Bus service on the MBTA’s 73 route was impacted Sunday after a tree fell on Belmont Street in Watertown. A tree fell across a major road in Watertown Sunday afternoon, impacting MBTA bus service in Watertown. The tree fell on Belmont Street near Prentiss Street, according to an Instagram post from the Watertown Fire Department. It struck wires used by the MBTA’s 73 bus. View this post on Instagram Early this afternoon a large tree fell across Belmont Street at Prentiss Street.
The following information was provided by MassDOT:
The MBTA announced that the Town of Watertown has partnered with the T in the growing initiative to increase the availability of CharlieCards to residents who rely on public transportation. Under the initiative, free no-balance CharlieCards are available at the following Watertown locations:
• Watertown Town Hall 149 Main Street Watertown, MA 02472
CharlieCards available in the Clerk’s Office on the ground floor and in the Planning Department on the third floor. • Watertown Free Public Library 123 Main Street Watertown, MA 02472
The Town of Watertown joins a growing list of Cities and Towns partnering with the MBTA to increase access to CharlieCards. The City of Chelsea partnered with the MBTA in January 2019 with CharlieCards pre-loaded with $5 as well as free no-balance CharlieCards available in the Treasury Office of Chelsea City Hall. CharlieCards available in the City of Lynn and the City of Salem are also coming soon.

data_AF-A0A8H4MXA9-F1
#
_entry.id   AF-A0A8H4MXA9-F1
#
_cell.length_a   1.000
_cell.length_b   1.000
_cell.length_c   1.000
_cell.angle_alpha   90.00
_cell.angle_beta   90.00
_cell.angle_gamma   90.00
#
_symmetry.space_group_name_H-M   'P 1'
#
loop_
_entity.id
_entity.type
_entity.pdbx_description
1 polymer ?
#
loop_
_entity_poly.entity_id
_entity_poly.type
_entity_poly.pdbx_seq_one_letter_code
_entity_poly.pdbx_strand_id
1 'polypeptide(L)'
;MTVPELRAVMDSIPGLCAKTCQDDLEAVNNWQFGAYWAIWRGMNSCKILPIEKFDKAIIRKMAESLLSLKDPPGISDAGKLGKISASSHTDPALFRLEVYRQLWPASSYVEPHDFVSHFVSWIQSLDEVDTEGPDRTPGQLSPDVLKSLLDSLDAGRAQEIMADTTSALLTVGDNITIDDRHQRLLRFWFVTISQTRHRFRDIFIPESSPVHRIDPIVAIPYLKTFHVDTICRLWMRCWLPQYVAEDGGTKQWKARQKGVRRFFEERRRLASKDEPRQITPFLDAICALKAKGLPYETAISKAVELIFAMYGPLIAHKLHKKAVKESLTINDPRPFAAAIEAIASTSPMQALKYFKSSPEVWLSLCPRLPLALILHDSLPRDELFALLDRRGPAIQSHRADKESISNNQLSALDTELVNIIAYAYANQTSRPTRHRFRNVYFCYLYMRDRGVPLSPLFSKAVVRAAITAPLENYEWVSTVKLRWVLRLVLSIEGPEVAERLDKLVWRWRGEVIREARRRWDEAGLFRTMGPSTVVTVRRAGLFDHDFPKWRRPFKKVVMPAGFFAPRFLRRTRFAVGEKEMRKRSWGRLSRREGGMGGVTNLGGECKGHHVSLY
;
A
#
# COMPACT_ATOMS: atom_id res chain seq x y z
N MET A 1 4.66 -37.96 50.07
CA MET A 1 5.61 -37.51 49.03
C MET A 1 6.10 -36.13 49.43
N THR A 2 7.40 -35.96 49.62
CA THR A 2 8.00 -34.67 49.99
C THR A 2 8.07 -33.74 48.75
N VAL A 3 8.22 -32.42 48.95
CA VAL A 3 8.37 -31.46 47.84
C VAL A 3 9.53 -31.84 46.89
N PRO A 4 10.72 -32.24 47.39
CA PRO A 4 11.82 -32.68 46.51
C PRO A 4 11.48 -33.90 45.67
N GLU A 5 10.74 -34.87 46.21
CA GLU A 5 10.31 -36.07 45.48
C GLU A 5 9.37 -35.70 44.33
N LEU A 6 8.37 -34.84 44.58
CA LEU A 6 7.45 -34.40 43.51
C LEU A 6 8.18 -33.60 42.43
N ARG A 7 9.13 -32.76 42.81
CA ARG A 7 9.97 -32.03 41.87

The following piece was provided by State Sen. Will Brownsberger of Belmont who also represents Watertown and parts of Boston:
At a recent MBTA board meeting, it became alarmingly clear that the MBTA is behind in its planning for climate resiliency. Add that challenge to the challenges of catching up on maintenance, assuring safety, and expanding service. Andrew Brennan, Senior Director for Energy and Environment, explained to the board that the MBTA completed a “high-level” vulnerability assessment of the system in 2017. His presentation materials are here and his talk begins at 2:55 in this livestream of the June 10 board meeting. The 2017 high level assessment revealed the obvious: Namely, that the most exposed asset is the Blue Line and that the greatest risk to the Blue line comes from flooding due to sea level rise. Only months after the assessment, the winter high tide of 2018 flooded Aquarium station. As to the lowest lying assets on the Blue line (Aquarium station and the Orient Heights Maintenance Facility), more detailed engineering studies have been completed to identify just how they would be flooded and what can be done to protect them: for example, raising openings like vent shafts and raising the most water sensitive components like transformers.